According to World Health Organisation (WHO), India National Health Accounts (NHA) data for 2013, show that ‘Out Of Pocket’ (OOP) expenditure is 86% of Private Health Expenditure in the country. As per recent 71st round National Sample Survey Office (NSSO) report, on an average, a much higher amount (four times) was spent for treatment per hospitalized case, by people in the private as compared to public hospitals. The case of cost of hospitalization for child birth is even more revealing. The average cost of hospitalization for child birth in rural areas is Rs. 1587 in public hospitals, while it is ten times more in private hospitals (Rs. 14778). The average cost of child birth in urban areas is Rs. 2117 in public and Rs. 20328 in private hospitals.
While the NCERT is yet to respond, the IMA’s demand to direct the NCERT to “delete and rewrite the chapter” must be challenged.
Sarojini N and Deepa V work on Health issues and can be contacted at email@example.com and firstname.lastname@example.org respectively
6 thoughts on “IMA, NCERT and Existing Inequalities – Issues Around Availability and Accessibility of Health Care: Sarojini N. B. and Deepa V.”
Why are they complaining 8 years later?
The only reason I can think of is that with a friendly government in place the private sector is on the offensive. It has already won the economic debate now it wants to conquer the ideological battleground.
I shall be following this story closely. Kafila should also keep us updated.
The text in question is available at http://www.ncert.nic.in/NCERTS/textbook/textbook.htm
Class VII Social Science — gess302.pdf
Classification of rich & poor is given more importance in that chapter. The comic strip makes it more evident. The poor boy in the bus and the rich in the car.
Some insinuations could have been avoided. A profit must be made for the private sector to survive. That is not a crime. The authors getting a pay from exchequer conveniently forgot that.
Sunshine and air is given to all equally. Why some prosper and others perish in that environment is the will of the God. May God bless all.
Will of God? That’s the best excuse I’ve heard so far. And if everything is down to God’s will, a passage in a school textbook should not annoy you.
Most of the things written by Ms. Sarojini NB and Ms. Deepa V. are correct. In India out of the pocket expenditure for health is one of the highest in the World. At the same time health budget in our country is one of the lowest in the World. Regarding inequality, 75 percent of the total health expenditure is on 25 percent people and rest 75 percent Indians have to depend on 25 percent expenditure. But that does not justify the depiction of doctors done in the said chapter. Are doctors responsible for this inequality ? Are doctors responsible for lower health budget and excessive OOP ? IMA’s objections have not been properly responded to by the authors. The particular para which IMA has objected, says that private service providers find doctors who write unnecessary injections and saline for the diseases which can be treated by tablets. By planting these types of stories in the raw minds you are creating hatred in them against doctors to whom they will have to go through out their whole life. Every time they consult their doctor they will feel that whatever treatment doctor is giving is unnecessary and only for flinching money. Is it a correct attitude ? Moreover, Government hospitals and private hospitals can not be compared. Government hospital are run by the money provided by the Government and they are supposed to provide free treatment to all patients.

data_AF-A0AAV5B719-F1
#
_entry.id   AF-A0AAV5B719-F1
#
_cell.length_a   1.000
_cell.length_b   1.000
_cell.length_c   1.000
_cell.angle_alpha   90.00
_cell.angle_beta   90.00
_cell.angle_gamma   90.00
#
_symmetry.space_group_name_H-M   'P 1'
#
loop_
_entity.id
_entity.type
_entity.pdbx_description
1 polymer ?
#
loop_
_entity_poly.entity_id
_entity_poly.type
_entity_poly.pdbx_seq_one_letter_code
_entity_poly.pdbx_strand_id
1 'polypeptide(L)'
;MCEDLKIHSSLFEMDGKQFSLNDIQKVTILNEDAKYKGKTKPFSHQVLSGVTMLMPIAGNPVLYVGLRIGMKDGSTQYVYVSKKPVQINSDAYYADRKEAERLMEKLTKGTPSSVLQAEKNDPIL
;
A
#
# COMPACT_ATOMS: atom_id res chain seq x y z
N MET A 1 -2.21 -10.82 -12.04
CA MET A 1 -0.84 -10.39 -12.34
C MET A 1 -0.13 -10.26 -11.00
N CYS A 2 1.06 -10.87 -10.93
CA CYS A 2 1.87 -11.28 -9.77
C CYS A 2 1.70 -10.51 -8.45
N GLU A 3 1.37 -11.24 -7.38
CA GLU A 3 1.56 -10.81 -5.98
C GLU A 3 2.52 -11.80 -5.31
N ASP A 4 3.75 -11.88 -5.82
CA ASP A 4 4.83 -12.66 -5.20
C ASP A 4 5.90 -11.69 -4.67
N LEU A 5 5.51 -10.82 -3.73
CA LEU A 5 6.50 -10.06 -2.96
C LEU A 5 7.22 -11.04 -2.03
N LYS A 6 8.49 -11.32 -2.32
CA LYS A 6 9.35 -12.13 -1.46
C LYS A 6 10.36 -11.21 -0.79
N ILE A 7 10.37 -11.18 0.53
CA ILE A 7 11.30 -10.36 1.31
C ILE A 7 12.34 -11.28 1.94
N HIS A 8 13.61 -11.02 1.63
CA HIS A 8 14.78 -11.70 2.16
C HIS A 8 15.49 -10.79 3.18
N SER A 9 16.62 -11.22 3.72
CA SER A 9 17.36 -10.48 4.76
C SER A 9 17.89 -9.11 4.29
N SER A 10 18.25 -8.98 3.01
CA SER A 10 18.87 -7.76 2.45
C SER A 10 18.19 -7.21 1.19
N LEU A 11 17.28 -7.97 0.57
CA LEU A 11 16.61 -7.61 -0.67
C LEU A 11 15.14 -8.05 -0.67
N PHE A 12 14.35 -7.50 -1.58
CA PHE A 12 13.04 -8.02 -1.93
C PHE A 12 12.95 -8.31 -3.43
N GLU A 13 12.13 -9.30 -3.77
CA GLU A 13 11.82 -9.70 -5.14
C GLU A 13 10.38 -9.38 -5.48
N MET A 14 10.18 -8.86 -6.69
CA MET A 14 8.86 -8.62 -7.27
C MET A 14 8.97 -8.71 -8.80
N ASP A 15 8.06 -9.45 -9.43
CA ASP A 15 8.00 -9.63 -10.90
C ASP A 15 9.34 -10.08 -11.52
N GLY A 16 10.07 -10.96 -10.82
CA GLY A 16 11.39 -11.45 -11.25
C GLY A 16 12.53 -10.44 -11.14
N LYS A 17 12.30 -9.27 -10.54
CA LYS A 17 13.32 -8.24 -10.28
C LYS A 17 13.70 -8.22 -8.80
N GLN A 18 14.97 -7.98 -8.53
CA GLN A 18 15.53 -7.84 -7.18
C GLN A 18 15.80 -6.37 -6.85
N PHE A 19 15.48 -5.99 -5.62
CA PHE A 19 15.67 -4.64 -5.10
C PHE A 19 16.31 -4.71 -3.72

Inspite of being a private practitioner,
I find that most of the chapter(90%) is written well without any malice towards private practitioners, with intent of creating awareness in the students regarding the rights of people and duties of state(Govt.) in a democracy, in context of health.
The only thing which the chapter fails,to highlight and make clear,is that just like most patients,opting for private practice is not always a CHOICE but often a compulsion for most doctors too. The inevitability of private options ,for both patients and doctors IS where the government is failing its people.A (brief,if not detailed) discussion about why doctors,many of them unwillingly,opt for private practice would make the chapter not only fair,but also complete/comprehensive.
Your views are awaited.